According to the Chinese zodiac, 2018 is the Year of the Dog. If you’re human, you can check your horoscope to see what fortune the Year of the Dog will bring for you. If you’re a dog, it’s a safe bet that things are looking pretty darn good. Riding the global waves of internet retailing, animal celebrity on social media, and “pet parenting,” spending on pet products and services is growing all over the world.
Euromonitor International calculates that global pet care sales topped $109 billion last year and will continue to grow through 2022, albeit modestly in established markets like the United States, but more rapidly in the emerging markets that include Brazil, India, China, and Mexico. Spending has been bolstered by an expanding culture of treating animals as part of the family. Research firm GfK surveyed households in 22 countries and found that more than half shared their home with a pet. Argentina, Mexico, and Brazil have the highest rates of pet ownership. Americans aren’t far behind them, followed by European countries. Pet ownership is still relatively low in Asia, but like everything else, its popularity is growing fast in China.
Earth Dog 2018: Pet Parents are in their Element
In Chinese astrology, each zodiac year is associated not only with an animal but also with an element. 2018 is the year of the Earth Dog. If earth is your element and you’re looking for eco-friendly pet toys, you can choose natural hemp over synthetic chew toys, a leash made from bamboo, and use biodegradable poop bags.
The makers of pet products have provided us with an endless variety of ways to project social values through our pets. If it’s important to you that women in developing countries work in safe conditions and earn a living wage, you can find companies that offer handmade boiled wool chew toys from Nepal. Finding such specialty products anywhere in the world has never been easier. The Internet enables everyone from mom-and-pop shops to niche distributors to pet superstores to sell online.
More than a third of pet-related product sales in China are through online channels like Alibaba. Zooplus and Pets at Home are popular e-tailers in Europe. Seeing the uptick in online purchases, PetSmart bought Chewy.com last year for $3.35 billion, which at the time was the largest e-commerce acquisition in history.
We are What Our Dogs Eat
Pet food sales are growing faster than most packaged foods for humans. While the U.S. market is the largest by size, Euromonitor projects that sales growth is most promising in the Asia-Pacific region. Canada is the biggest export market for U.S. producers of pet food. They enjoy over 90 percent market share in Canada’s pet food import market. According to the U.S. Department of Agriculture, Canada is the third largest global pet food importer behind Japan and the United States itself.
In the pet food segment as with toys and other pet products, lifestyle choices of pet owners are driving diversity and the rise of premium specialty products. If you don’t eat meat yourself, you can choose a vegan water enhancer for your pet. Devotees of the Paleo diet may be fueling a surge in demand for the chicken and jerky treats exported to the United States from China. Sales of natural and organic pet foods are growing faster than low-cost or mid-priced pet food products. You can find pet foods marketed as “biologically appropriate,” that boast locally sourced, sustainably farmed or fished ingredients. It’s no longer socially acceptable to slip the dog table scraps – their packaged food might just be healthier that what you’re eating.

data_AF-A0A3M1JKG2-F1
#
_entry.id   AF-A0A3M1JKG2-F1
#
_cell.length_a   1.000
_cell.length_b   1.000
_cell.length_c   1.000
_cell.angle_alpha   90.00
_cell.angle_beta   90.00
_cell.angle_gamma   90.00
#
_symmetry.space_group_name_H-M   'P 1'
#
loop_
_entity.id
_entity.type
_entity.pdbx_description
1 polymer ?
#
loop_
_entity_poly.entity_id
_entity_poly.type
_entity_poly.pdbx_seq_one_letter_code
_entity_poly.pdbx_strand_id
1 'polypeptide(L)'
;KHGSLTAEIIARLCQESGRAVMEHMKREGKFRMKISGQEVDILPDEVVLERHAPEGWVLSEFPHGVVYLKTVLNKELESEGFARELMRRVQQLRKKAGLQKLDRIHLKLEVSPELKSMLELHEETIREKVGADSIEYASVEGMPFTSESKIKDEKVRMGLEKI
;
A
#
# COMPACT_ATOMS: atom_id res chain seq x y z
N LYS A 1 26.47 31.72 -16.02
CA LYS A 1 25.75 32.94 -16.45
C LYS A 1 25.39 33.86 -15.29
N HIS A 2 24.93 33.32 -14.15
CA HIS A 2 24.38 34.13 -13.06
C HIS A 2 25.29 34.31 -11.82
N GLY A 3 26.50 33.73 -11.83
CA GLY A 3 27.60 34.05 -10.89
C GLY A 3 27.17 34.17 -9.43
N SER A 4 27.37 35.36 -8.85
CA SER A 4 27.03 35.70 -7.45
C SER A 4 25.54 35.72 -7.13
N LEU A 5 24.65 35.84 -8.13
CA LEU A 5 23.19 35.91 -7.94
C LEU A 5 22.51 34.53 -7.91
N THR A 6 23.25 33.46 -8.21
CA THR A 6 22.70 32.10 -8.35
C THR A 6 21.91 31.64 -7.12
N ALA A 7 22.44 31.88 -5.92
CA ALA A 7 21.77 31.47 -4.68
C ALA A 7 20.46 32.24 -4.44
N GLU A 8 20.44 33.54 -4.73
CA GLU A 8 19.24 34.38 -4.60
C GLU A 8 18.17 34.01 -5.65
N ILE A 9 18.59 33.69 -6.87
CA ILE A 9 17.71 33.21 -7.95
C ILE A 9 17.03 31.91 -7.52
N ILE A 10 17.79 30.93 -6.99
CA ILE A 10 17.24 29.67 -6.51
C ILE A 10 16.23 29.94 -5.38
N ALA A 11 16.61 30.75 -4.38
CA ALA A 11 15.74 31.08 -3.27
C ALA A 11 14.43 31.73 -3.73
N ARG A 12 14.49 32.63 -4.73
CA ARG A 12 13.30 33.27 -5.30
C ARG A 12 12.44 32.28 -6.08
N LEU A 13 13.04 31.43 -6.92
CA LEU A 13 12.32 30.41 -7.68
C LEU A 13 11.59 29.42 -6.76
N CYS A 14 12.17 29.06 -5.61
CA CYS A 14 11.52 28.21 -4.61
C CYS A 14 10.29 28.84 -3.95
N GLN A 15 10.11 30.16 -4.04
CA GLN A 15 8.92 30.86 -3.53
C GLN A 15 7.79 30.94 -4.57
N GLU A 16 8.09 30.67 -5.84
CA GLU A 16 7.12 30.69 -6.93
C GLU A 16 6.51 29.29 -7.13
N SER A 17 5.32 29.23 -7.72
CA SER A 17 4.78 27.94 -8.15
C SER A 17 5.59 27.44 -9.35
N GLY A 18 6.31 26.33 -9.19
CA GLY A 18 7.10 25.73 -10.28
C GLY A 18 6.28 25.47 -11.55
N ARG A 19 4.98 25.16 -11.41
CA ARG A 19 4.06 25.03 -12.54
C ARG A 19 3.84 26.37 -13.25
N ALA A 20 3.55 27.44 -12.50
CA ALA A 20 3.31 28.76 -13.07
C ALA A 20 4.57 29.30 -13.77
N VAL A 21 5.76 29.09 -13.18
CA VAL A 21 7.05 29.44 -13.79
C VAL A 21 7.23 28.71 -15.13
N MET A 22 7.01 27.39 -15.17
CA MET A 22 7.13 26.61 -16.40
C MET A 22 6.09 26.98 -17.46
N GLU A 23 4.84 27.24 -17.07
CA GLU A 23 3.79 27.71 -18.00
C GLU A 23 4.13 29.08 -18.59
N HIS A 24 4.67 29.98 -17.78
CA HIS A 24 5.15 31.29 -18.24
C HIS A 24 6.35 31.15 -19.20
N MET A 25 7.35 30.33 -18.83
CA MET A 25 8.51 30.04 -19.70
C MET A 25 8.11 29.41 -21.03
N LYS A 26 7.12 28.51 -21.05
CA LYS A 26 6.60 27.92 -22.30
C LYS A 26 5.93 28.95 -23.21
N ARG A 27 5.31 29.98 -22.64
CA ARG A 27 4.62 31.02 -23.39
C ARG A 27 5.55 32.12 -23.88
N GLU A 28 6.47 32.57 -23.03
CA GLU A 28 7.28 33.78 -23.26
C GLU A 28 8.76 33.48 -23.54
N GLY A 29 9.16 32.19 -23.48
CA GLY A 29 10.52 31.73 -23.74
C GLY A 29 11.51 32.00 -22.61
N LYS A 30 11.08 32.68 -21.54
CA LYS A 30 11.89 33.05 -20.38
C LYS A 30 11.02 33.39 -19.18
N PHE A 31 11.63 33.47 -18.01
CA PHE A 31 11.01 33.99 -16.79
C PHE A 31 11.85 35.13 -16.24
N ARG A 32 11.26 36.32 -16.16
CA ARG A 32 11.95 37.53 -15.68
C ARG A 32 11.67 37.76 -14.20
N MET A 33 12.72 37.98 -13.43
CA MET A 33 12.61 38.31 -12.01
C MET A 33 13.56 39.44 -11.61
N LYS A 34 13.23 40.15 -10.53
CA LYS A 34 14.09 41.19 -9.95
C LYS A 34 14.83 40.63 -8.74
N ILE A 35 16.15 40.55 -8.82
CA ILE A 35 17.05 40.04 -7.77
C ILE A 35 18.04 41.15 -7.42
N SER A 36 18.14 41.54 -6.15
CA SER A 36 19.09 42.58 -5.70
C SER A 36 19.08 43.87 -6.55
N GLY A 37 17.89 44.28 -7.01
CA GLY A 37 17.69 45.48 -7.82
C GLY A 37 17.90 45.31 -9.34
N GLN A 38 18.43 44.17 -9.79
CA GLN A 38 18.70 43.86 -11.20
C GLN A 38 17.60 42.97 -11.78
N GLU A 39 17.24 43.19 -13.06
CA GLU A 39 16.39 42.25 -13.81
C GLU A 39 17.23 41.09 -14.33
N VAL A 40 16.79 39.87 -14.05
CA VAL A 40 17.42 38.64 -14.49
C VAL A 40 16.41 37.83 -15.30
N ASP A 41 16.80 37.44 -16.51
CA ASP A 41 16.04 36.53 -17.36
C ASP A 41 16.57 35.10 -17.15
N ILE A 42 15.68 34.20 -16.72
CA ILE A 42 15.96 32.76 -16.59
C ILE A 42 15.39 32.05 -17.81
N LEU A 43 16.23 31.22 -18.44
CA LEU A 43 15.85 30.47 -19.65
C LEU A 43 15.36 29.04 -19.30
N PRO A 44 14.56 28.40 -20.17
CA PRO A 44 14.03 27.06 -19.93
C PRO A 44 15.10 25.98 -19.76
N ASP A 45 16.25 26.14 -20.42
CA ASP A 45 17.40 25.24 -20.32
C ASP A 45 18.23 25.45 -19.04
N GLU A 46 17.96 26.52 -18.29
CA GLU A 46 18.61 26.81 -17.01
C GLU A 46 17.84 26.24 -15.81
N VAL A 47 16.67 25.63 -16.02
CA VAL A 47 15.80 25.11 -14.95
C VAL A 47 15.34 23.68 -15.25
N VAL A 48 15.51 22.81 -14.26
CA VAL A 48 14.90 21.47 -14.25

Move Over Grumpy Cat
Celebrities carrying carefully coiffed Shih Tzus are so yesterday. Pets are now celebrities themselves with millions of social media followers, because really, what’s more uplifting than watching a dog on YouTube doze off and fall over? Doug the Pug even won a Shorty Award for Instagrammer of the Year in 2017. He has 3 million followers.
Dog friends Harlow and Sage were also a fan favorite. When Sage died, Harlow (the Weimaraner pictured above) was introduced to new friends, Indiana and Reese Lightning, a photogenic trio on social media that has spawned a variety of popular merchandise from plush toys in their image to calendars and books. All of this cuteness and silliness is wonderfully enjoyable but it also drives the bottom line in pet product sales as pet lovers have a wide variety of platforms for showcasing and sharing reviews of their favorite products.
Puppy Love Promotes Trade in Pet Products
Humans are taking better care of themselves. As people around the world gain more discretionary income, they are willing to spend money to care for and pamper their pets with regular veterinary care, professional grooming, and maybe even pet yoga classes to practice downward dog. The more we humanize and “parent” our pets, the more we can expect continued growth in the global trade of pet products in everything from rain jackets to doggy nose sunblock, from plush beds to personalized collars and gourmet treats. Why not, they’re worth it.
Andrea Durkin is the Editor-in-Chief of TradeVistas and Founder of Sparkplug, LLC. She is a nonresident Senior Fellow at the Chicago Council on Global Affairs and an adjunct fellow with CSIS. Ms. Durkin previously served as a U.S. Government trade negotiator and has proudly taught International Trade for the last fourteen years as an Adjunct Associate Professor at Georgetown University’s Master of Science in Foreign Service program.